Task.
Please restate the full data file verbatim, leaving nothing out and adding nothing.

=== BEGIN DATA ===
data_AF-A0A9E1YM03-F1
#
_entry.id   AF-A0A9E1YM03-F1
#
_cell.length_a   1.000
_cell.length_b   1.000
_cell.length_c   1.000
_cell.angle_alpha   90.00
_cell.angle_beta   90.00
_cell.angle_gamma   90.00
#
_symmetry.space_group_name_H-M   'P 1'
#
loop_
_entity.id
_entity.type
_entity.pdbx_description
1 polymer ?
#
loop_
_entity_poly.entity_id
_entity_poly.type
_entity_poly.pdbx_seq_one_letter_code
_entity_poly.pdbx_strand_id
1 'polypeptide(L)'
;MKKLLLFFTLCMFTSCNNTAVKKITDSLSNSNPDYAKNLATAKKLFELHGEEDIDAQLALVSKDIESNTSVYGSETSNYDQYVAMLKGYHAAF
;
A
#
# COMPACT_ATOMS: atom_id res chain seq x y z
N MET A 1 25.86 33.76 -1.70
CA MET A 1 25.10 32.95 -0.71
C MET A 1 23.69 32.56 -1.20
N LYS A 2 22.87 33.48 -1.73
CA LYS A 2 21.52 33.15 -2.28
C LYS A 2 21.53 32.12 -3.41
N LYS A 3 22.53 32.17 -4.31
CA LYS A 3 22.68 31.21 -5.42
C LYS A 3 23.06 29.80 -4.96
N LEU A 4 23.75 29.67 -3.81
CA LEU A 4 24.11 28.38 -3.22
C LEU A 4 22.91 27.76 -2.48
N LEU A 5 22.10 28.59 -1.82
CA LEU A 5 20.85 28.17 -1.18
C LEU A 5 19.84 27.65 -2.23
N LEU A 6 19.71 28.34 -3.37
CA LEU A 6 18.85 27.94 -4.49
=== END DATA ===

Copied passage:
data_AF-A0A9E1YM03-F1
#
_entry.id   AF-A0A9E1YM03-F1
#
_cell.length_a   1.000
_cell.length_b   1.000
_cell.length_c   1.000
_cell.angle_alpha   90.00
_cell.angle_beta   90.00
_cell.angle_gamma   90.00
#
_symmetry.space_group_name_H-M   'P 1'
#
loop_
_entity.id
_entity.type
_entity.pdbx_description
1 polymer ?
#
loop_
_entity_poly.entity_id
_entity_poly.type
_entity_poly.pdbx_seq_one_letter_code
_entity_poly.pdbx_strand_id
1 'polypeptide(L)'
;MKKLLLFFTLCMFTSCNNTAVKKITDSLSNSNPDYAKNLATAKKLFELHGEEDIDAQLALVSKDIESNTSVYGSETSNYDQYVAMLKGYHAAF
;
A
#
# COMPACT_ATOMS: atom_id res chain seq x y z
N MET A 1 25.86 33.76 -1.70
CA MET A 1 25.10 32.95 -0.71
C MET A 1 23.69 32.56 -1.20
N LYS A 2 22.87 33.48 -1.73
CA LYS A 2 21.52 33.15 -2.28
C LYS A 2 21.53 32.12 -3.41
N LYS A 3 22.53 32.17 -4.31
CA LYS A 3 22.68 31.21 -5.42
C LYS A 3 23.06 29.80 -4.96
N LEU A 4 23.75 29.67 -3.81
CA LEU A 4 24.11 28.38 -3.22
C LEU A 4 22.91 27.76 -2.48
N LEU A 5 22.10 28.59 -1.82
CA LEU A 5 20.85 28.17 -1.18
C LEU A 5 19.84 27.65 -2.23
N LEU A 6 19.71 28.34 -3.37
CA LEU A 6 18.85 27.94 -4.49